Q: What was the sin whereby our first parents fell from the estate wherein they were created?
A: The sin whereby our first parents fell from the estate wherein they were created, was their eating the forbidden fruit.
Genesis 3:6: So when the woman saw that the tree was good for food, and that it was a delight to the eyes, and that the tree was to be desired to make one wise, she took of its fruit and ate, and she gave some to her husband who was with her, and he ate.
Why was it bad for Adam and Eve to eat the fruit? First let's say why it was not bad to eat the fruit. It was not bad because the fruit itself was somehow bad. We know that all of God's creation was good. God himself, upon looking at his work, said it was good. The fruit had no evil in and of itself. It wasn't vile, it wasn't poisonous, in fact there probably wasn't anything distinct about this fruit at all. One commentator said you could have walked by this tree and its fruit a hundred times without ever noticing it.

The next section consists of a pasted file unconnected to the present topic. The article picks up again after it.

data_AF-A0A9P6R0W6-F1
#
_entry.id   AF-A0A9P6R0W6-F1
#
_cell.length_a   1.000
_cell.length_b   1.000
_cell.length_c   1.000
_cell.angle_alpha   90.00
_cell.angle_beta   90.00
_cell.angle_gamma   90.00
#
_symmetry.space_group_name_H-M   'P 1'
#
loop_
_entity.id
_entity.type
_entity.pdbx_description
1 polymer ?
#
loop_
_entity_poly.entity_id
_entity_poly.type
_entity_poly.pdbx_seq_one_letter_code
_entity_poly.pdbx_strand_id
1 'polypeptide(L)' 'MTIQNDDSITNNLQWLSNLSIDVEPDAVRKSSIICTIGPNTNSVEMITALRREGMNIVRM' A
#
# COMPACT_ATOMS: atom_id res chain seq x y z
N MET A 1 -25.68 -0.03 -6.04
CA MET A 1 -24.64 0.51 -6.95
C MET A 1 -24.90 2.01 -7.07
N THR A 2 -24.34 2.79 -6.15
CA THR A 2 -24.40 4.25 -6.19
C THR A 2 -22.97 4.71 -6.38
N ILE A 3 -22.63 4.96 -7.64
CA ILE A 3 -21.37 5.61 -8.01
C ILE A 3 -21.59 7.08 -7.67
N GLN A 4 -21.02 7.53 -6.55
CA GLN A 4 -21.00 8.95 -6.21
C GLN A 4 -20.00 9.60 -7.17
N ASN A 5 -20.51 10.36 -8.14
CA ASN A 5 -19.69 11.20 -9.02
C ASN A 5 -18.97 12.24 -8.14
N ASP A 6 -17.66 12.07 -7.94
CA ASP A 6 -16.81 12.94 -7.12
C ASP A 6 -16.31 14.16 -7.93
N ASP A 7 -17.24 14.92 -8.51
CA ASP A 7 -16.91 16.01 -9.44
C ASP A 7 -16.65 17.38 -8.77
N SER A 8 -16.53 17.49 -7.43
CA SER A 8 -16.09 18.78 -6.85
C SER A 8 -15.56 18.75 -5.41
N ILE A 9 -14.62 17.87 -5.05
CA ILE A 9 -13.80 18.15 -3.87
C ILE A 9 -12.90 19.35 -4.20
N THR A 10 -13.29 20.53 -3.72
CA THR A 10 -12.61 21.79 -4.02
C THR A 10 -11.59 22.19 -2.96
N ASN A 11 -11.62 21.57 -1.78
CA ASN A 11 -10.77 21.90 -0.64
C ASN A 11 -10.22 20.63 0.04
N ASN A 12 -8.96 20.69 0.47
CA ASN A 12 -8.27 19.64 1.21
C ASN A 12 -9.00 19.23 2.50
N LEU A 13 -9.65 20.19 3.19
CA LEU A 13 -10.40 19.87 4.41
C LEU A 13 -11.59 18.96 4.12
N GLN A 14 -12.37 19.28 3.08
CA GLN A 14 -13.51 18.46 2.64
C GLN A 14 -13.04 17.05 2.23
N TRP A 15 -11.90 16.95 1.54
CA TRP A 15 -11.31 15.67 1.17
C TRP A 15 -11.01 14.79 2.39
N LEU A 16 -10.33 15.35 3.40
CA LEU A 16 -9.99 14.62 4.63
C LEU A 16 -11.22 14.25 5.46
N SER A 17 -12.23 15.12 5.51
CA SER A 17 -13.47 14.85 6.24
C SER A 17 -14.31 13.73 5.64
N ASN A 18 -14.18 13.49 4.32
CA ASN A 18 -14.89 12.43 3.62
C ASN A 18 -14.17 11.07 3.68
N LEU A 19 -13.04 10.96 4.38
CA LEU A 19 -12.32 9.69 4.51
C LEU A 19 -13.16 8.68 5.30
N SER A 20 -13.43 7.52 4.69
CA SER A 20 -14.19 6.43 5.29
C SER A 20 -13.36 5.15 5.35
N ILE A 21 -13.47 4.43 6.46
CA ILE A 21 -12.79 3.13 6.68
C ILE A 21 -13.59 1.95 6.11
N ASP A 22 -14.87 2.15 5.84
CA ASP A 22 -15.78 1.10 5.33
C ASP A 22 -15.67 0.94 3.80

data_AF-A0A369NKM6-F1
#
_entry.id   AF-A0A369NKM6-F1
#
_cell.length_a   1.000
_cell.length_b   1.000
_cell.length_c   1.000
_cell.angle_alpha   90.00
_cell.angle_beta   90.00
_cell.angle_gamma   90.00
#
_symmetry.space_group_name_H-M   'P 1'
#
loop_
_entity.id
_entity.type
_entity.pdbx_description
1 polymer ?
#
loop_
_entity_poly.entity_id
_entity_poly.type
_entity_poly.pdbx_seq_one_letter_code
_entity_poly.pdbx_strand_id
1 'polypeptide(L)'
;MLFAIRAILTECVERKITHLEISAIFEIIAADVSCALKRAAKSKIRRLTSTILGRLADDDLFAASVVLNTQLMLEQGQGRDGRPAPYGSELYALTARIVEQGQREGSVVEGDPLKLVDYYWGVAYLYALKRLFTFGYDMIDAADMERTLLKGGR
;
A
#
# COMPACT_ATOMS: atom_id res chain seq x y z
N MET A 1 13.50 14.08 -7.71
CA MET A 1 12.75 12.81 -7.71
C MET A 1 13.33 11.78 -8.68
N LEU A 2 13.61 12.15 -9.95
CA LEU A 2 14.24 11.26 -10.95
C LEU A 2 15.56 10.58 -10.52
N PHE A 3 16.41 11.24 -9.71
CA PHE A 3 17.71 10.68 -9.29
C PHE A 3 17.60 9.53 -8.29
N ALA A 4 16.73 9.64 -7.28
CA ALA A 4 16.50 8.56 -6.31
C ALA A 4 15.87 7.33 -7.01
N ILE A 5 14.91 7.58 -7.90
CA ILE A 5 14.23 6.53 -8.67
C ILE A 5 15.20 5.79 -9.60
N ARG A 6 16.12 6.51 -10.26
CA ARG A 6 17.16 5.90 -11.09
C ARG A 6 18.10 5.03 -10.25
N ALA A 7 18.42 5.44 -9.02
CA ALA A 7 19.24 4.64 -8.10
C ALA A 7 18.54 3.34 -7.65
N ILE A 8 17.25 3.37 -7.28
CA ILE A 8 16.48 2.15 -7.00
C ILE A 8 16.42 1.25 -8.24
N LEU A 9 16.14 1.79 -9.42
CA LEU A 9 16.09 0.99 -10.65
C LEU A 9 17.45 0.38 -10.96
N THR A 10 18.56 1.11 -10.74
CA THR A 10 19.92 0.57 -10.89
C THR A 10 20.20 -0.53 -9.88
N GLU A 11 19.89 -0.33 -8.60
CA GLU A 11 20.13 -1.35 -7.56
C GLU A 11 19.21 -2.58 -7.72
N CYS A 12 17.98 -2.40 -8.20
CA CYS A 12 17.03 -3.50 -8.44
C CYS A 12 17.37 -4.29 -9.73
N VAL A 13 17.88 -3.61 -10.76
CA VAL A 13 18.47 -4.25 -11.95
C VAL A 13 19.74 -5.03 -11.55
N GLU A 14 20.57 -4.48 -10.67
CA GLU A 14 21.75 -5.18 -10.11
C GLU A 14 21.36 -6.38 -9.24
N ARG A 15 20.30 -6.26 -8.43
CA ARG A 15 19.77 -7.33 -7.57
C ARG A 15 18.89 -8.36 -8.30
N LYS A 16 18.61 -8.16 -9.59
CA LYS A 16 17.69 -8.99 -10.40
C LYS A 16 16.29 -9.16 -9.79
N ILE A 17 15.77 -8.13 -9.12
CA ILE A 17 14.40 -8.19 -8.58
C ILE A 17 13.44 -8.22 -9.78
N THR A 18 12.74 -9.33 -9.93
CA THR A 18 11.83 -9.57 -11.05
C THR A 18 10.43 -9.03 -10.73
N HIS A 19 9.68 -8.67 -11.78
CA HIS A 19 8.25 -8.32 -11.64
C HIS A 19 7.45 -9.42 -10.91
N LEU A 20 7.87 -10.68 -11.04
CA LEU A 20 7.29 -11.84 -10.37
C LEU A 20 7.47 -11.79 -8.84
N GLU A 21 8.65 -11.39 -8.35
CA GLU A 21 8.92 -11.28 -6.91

This command wasn't given as a means of protecting Adam and Eve from evil, or from keeping them from becoming wise, rather, the command was given, as John Calvin puts it, as a "trial of man's obedience". The big deal here, what made Adam and Eve's decision to eat the fruit so bad, was because in doing so they were intentionally and outrightly rebelling against the law of God. Augustine said that the root of this sin was pride, the worship of ourselves. Why does he say this? Because ultimately, by breaking the law of God, Adam and Eve were saying that their wants, their desires, their will took primacy over the will of God. It is as if they said, "We know what God's will is, we know obedience to his will is important, but we know what our will wants, and it is more important to serve our will." They elevated themselves to a position above God himself, and each and every time we sin, we rebel, we break the law of God, we are doing the exact same thing. We are worshiping ourselves, desiring to glorify ourselves and fulfill our own wants and desires rather than glorifying God and desiring to serve his will.